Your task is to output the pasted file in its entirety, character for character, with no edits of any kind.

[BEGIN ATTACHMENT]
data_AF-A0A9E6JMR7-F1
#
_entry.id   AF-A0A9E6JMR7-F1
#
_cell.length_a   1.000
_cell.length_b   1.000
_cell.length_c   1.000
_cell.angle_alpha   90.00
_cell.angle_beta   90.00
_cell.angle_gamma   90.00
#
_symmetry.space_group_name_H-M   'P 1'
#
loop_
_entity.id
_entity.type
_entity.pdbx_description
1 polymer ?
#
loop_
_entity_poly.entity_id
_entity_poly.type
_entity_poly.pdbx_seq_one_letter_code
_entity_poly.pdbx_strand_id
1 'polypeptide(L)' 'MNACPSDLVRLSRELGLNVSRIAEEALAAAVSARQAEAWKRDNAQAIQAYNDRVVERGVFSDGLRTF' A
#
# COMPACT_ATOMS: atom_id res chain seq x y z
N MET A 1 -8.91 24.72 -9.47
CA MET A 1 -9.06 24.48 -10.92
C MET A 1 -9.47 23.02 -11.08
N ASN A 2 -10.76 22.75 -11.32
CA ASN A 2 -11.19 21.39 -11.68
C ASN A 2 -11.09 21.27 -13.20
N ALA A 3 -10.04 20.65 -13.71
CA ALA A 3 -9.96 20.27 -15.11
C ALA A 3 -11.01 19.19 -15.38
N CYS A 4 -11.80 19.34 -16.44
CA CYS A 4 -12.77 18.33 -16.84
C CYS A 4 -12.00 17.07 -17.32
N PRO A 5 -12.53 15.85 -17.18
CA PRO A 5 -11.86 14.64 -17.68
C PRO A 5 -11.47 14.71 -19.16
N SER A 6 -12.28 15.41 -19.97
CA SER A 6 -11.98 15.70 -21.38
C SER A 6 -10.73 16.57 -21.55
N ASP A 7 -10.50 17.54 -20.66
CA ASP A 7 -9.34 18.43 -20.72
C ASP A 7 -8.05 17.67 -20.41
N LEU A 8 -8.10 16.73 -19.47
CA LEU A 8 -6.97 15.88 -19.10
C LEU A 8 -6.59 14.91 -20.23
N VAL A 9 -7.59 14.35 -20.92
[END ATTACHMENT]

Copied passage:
data_AF-A0A9E6JMR7-F1
#
_entry.id   AF-A0A9E6JMR7-F1
#
_cell.length_a   1.000
_cell.length_b   1.000
_cell.length_c   1.000
_cell.angle_alpha   90.00
_cell.angle_beta   90.00
_cell.angle_gamma   90.00
#
_symmetry.space_group_name_H-M   'P 1'
#
loop_
_entity.id
_entity.type
_entity.pdbx_description
1 polymer ?
#
loop_
_entity_poly.entity_id
_entity_poly.type
_entity_poly.pdbx_seq_one_letter_code
_entity_poly.pdbx_strand_id
1 'polypeptide(L)' 'MNACPSDLVRLSRELGLNVSRIAEEALAAAVSARQAEAWKRDNAQAIQAYNDRVVERGVFSDGLRTF' A
#
# COMPACT_ATOMS: atom_id res chain seq x y z
N MET A 1 -8.91 24.72 -9.47
CA MET A 1 -9.06 24.48 -10.92
C MET A 1 -9.47 23.02 -11.08
N ASN A 2 -10.76 22.75 -11.32
CA ASN A 2 -11.19 21.39 -11.68
C ASN A 2 -11.09 21.27 -13.20
N ALA A 3 -10.04 20.65 -13.71
CA ALA A 3 -9.96 20.27 -15.11
C ALA A 3 -11.01 19.19 -15.38
N CYS A 4 -11.80 19.34 -16.44
CA CYS A 4 -12.77 18.33 -16.84
C CYS A 4 -12.00 17.07 -17.32
N PRO A 5 -12.53 15.85 -17.18
CA PRO A 5 -11.86 14.64 -17.68
C PRO A 5 -11.47 14.71 -19.16
N SER A 6 -12.28 15.41 -19.97
CA SER A 6 -11.98 15.70 -21.38
C SER A 6 -10.73 16.57 -21.55
N ASP A 7 -10.50 17.54 -20.66
CA ASP A 7 -9.34 18.43 -20.72
C ASP A 7 -8.05 17.67 -20.41
N LEU A 8 -8.10 16.73 -19.47
CA LEU A 8 -6.97 15.88 -19.10
C LEU A 8 -6.59 14.91 -20.23
N VAL A 9 -7.59 14.35 -20.92